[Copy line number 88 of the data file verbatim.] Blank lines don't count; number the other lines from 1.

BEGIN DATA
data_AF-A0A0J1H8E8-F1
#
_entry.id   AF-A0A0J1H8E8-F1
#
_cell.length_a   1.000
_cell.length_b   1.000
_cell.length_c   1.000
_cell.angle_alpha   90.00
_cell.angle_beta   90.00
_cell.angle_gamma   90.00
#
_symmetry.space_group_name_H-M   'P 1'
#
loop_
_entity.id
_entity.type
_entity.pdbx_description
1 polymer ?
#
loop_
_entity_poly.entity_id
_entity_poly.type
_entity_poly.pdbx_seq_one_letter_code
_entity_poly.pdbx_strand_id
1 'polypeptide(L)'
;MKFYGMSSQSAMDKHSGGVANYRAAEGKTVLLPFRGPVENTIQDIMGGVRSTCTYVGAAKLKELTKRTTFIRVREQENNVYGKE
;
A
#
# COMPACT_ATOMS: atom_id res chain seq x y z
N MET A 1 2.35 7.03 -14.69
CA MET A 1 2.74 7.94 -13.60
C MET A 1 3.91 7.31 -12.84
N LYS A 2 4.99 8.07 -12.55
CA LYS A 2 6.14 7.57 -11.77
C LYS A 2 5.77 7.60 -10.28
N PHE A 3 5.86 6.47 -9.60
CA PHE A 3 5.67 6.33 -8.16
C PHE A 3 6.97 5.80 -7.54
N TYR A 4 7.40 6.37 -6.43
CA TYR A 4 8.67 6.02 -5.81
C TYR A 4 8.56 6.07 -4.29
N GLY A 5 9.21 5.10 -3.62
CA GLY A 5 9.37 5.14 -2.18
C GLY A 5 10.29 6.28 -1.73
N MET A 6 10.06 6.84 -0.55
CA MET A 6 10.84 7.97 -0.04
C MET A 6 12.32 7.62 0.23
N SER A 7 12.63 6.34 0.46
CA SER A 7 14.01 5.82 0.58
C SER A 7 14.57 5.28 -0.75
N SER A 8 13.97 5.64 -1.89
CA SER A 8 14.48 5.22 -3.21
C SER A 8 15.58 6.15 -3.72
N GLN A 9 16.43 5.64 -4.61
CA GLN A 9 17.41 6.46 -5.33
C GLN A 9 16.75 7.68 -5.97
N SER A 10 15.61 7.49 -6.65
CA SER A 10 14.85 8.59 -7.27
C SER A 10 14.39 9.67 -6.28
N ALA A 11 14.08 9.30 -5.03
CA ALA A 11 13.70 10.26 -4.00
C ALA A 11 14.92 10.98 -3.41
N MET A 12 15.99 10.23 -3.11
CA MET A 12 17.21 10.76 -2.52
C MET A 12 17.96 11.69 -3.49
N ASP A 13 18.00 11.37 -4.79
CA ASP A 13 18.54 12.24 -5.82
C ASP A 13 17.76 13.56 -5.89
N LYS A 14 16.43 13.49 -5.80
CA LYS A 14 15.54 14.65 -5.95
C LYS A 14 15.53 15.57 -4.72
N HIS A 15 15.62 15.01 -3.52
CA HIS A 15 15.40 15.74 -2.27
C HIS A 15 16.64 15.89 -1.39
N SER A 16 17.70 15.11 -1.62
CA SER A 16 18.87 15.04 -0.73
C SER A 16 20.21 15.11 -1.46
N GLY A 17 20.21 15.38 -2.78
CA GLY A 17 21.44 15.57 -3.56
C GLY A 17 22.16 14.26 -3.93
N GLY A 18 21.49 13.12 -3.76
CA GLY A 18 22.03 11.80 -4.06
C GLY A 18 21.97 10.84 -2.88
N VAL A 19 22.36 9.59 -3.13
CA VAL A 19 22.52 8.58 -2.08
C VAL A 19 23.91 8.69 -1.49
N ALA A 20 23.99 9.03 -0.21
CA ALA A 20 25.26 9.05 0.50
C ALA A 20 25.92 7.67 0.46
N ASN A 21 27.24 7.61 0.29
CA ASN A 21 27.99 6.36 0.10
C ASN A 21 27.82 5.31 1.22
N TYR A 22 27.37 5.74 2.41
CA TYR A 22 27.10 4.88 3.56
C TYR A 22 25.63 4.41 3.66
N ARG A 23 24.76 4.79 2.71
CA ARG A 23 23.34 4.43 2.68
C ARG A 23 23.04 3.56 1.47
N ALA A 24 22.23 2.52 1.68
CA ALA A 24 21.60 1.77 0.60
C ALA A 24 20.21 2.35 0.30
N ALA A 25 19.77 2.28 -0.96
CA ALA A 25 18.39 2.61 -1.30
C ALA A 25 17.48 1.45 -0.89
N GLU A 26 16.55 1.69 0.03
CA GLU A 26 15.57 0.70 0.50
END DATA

N ALA A 20 23.99 9.03 -0.21